A truly grown-up fairy tale. 4 stars.
The blurb: Agnieszka loves her valley home, her quiet village, the forests and the bright shining river. But the corrupted Wood stands on the border, full of malevolent power, and its shadow lies over her life. Her people rely on the cold, driven wizard known only as the Dragon to keep its powers at bay. But he demands a terrible price for his help: one young woman handed over to serve him for ten years, a fate almost as terrible as falling to the Wood. The next choosing is fast approaching, and Agnieszka is afraid. She knows – everyone knows – that the Dragon will take Kasia: beautiful, graceful, brave Kasia, all the things Agnieszka isn’t, and her dearest friend in the world. And there is no way to save her. But Agnieszka fears the wrong things. For when the Dragon comes, it is not Kasia he will choose.
Of all the fantasy stories I’ve read this year, Uprooted stands out thanks to its depth, which is fitting for a story obsessed with figurative and literal roots.
For all of you who shy away from fantasy thinking it all too far-fetched or frivolous, I suggest you give Uprooted a try. This is a grown-up fairy tale which is mercifully free from characters who spend their time navel-gazing, complaining to their friends about their problems and going through developmental angst. The characters in Uprooted all have bigger things to worry about besides themselves and deal with their issues by taking action.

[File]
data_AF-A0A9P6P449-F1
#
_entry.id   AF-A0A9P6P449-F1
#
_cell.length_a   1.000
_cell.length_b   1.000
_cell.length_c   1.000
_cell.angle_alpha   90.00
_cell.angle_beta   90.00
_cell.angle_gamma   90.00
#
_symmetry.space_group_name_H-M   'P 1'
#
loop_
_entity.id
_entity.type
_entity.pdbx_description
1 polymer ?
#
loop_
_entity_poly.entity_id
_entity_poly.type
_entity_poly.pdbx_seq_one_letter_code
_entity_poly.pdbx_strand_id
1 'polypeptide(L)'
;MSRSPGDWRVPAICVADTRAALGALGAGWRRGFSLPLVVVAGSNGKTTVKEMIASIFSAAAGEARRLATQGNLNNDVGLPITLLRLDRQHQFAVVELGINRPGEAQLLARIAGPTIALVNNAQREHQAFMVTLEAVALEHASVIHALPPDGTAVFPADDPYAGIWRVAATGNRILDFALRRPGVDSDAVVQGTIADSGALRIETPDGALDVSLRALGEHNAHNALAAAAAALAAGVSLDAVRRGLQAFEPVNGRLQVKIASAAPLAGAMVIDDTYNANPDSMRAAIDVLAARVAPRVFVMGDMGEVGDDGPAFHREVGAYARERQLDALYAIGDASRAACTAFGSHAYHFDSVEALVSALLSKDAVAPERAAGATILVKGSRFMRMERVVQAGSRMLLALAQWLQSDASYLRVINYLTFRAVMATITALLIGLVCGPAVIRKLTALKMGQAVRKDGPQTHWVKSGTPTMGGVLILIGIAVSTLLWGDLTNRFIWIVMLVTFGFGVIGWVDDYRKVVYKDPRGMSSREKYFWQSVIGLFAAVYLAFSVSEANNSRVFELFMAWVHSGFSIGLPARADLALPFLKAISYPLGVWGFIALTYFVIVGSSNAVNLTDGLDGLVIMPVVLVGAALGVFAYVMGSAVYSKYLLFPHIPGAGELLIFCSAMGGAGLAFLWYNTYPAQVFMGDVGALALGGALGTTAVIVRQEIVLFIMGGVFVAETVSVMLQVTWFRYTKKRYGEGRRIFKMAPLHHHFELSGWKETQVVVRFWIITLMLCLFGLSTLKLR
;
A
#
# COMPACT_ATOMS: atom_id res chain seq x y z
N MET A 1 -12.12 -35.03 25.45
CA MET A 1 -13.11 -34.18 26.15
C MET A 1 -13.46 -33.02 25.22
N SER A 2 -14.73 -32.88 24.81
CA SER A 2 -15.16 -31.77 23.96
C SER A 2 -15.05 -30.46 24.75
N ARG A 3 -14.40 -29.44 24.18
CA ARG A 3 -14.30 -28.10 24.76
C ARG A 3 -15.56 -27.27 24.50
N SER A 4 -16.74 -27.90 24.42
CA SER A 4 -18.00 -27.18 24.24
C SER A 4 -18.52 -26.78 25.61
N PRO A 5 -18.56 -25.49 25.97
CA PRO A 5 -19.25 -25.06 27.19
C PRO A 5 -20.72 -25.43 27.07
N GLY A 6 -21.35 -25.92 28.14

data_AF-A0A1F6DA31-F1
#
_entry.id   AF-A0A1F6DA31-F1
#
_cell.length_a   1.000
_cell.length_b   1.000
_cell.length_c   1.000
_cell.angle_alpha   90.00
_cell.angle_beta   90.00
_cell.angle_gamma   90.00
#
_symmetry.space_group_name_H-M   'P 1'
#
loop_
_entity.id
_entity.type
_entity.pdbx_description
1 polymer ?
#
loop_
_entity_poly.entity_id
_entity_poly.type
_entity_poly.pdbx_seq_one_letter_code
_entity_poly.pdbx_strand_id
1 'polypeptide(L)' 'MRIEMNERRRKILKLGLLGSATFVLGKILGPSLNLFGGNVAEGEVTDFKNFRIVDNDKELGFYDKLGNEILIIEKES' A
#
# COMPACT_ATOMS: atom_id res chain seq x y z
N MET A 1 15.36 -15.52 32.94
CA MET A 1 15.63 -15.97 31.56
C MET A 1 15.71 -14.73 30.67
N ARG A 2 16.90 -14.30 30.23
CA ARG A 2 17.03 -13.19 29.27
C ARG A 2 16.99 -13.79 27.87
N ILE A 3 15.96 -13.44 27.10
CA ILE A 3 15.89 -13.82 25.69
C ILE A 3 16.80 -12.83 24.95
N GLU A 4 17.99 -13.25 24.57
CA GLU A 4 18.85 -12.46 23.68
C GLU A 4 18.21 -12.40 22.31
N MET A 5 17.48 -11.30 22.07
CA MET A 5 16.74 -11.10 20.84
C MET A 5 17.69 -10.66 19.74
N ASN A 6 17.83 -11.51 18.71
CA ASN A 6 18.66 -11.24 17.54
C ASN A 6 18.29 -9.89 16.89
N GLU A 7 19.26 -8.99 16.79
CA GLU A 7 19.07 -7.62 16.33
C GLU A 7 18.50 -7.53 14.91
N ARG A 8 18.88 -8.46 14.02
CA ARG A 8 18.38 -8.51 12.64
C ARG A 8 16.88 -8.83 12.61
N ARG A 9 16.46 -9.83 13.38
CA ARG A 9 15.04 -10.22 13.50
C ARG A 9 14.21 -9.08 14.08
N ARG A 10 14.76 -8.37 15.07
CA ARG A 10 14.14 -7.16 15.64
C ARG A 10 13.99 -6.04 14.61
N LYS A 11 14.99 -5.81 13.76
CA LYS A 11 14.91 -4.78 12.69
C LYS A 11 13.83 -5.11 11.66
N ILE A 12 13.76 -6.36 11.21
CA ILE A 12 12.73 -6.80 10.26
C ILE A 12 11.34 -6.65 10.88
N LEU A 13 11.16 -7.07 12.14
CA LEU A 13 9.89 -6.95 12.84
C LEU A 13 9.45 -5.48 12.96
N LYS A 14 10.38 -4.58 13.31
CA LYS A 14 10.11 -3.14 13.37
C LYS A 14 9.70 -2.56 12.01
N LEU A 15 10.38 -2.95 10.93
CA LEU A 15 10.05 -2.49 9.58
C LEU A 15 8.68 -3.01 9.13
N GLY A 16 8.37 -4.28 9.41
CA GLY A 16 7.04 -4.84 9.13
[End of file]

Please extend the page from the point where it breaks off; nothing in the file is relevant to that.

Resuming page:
As you read, you get the impression that Novak had been thinking about this book for years before sitting down to write it. There wasn’t a glimmer of superficiality anywhere: not in plot (which was always planned about 5 moves ahead of where we were, providing some excellent surprises), character or setting. The narrative is underpinned by the author’s knowledge of Polish and Russian folklore which gives it a timeless quality. Also, Novak deserves praise for keeping things clear: although there’s a lot happening simultaneously on several levels, I never felt lost or left behind.
Even more praise should be heaped on Novak for her female characters, particularly Agnieszka and Kasia. We get to watch our heroines develop from young girls who seem to have no choice in determining how their lives are going to pan out, to powerful women who get to decide their own fates.
Overall: if you’re looking for a truly grown-up, complex fairy tale, I recommend you check out Uprooted.
Claire Huston / Art and Soul